A couple of weeks ago I interviews with the field developer evangelism group at Microsoft New England.

Since some will ask…..

Yes, I considered going back to Microsoft. I think they are doing some interesting things and the recent changes in senior management should be good for Microsoft’s developer focus over the next few years.

No, I didn’t get the job. The heaviest focus for the position was on driving apps into the Windows Phone Store and engaging college students. I don’t have any apps in the Windows Phone Store, wasn’t really a Silverlight guy and am 53 years old.

But the interview process caused me to update my look at Microsoft developer focused strategy and the  state of affairs of Windows Phone 8 and the mobile apps development landscape.

According to Business Insider, Windows Phone & Skype lose Microsoft about a half a billion dollars per year. Meanwhile, Microsoft’s revenue from the sale of Android Phones tops two billion dollars.

This makes sense if you think about it because Microsoft’s revenue on Android phones is basically patent insurance. Android manufacturers pay Microsoft in agreements that keep Microsoft from suing those manufacturers for what Microsoft claims are patent infringements present in Android. Thanks means the per device cost to Microsoft is ZERO and the revenue is 100% profit.

So as I look at Microsoft’s huge focus on growing the Windows Phone market share I’ve been thinking about WHY Microsoft would bother. I mean Android is king and enjoys something like 1.5 million activation EVERY DAY!  With Microsoft being paid between $5.00 and $10.00 per Android handset, that seems like a ton of net new profit for Microsoft with absolutely no ongoing investment necessary to sustain that revenue stream.

So why would Microsoft bother to continue to sink money and time into a phone operating system on which they have spend many billions of dolars to develop and market only to achieve 5% (USA) market share to date.

I think there are several reasons.

1.) Microsoft controls the licensing fees for the Windows Phone OS and their per devices licensing fee is greater than the patent fee they receive from the sale of Android phones.  So, the more new Windows Phones they can sell and the more they can displace existing phone customers, even Android users, the larger the per device dollar figure they receive.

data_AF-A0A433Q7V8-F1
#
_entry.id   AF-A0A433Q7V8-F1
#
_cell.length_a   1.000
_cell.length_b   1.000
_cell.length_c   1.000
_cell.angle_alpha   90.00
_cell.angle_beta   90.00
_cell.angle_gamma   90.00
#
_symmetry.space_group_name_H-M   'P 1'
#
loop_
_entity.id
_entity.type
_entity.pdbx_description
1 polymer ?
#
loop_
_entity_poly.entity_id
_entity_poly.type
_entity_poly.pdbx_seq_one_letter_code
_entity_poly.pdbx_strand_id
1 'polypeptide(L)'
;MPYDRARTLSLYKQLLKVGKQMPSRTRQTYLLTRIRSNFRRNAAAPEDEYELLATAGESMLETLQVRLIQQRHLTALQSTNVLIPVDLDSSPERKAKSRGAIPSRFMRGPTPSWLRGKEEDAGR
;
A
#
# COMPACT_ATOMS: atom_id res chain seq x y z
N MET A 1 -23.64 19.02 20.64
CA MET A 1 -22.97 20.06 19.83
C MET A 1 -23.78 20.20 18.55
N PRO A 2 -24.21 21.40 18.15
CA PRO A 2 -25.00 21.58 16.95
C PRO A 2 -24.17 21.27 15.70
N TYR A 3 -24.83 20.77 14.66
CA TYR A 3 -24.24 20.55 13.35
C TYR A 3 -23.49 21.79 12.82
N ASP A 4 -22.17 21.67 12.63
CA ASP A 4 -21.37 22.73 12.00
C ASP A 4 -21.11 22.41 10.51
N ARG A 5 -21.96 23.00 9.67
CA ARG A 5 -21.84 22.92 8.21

2.) There are SEVERAL ancillary revenue streams that come with winning the device market share for Microsoft

- Microsoft charges developers an annual membership to submit apps to the store and takes 30% of all app revenue.

- The greater the use of Windows Phones the greater the demand for apps. Microsoft’s Visual Studio, Expression and MSDN sales go up.

- Microsoft’s developer tools simplify the integration of Microsoft Azure based cloud services with will make their use preferential to other cloud services.

3.) There is a combinatorial benefit across form factors in that today I can share large portions of code across Windows Phone, Tablet, and Phone devices. (And it appears that Microsoft will continue the runtime convergence that makes this possible.)

4.) Microsoft’s Android patent revenue trick may not last forever. The actually validity of Microsoft’s patent claims have not been really tested in court. Especially outside the USA, Microsoft may not find courts favorable to their patent claims.

So it’s good for Microsoft but is it good for me, the developer, if Microsoft succeeds in making Windows Phone successful at the expense of Android or iOS?

I have enough experience with the iOS and Android development tool stacks to comfortably say the Windows Phone 8 development experience puts the others to shame, but event the best development experience may not be interesting to me if the market share hovers at 5%.

IDC says Windows Phone 8 is the fastest growing mobile phone operating system. I’m not sure that means anything though. When your competitors have 96.1% of the existing market share, virtually any growth in your market share makes you the fastest growing.

Still, there are compelling reasons to develop for Windows Phone and there are reasons to think Microsoft might continue to grow the Windows Phone market share.

1.) Windows users are used to paying for premium software (and Android users are notoriously not). So developers may experience better financial success with apps in the Windows Phone Store than in the Android / Google Play store or the saturated Apple Store.

2.) The hardware is better. Yes, I know you may want to argue about this but if you look at the cool new devices coming out of Nokia (which is being acquired by Microsoft) and the sheer pace of new device appearance, he cool hardware factor has to go to Microsoft’s favor.

3.) Desktop Synergy. Microsoft still owns over 90% of the desktop market share. Yes, I know that only 10% of that is Windows 8 but it still leaves Microsoft with the customers ears and the PC manufacturer relationships to keep their hold on the desktop user (especially “consumer” users).

4.) With Xamarin’s products I can take my Microsoft code and target Android, iOS and OSX users as well.

So as of today, the reach opportunity on mobile is Android and the revenue opportunity slights favors Android but if Microsoft gets Windows Phone 8.1 & 9 right, if it gets the legacy Windows Desktop upgrade story right and drives the OS and Tablet prices down (I know, some big ifs) Microsoft has a good chance to become a really significant player in the mobile space.

Enough so that, while I probably won’t be deploying FirefoxOS or Ubuntu Phone apps for my upcoming applications venture, I’m definitely adding Windows Phone to iOS and Android in my mobile plans,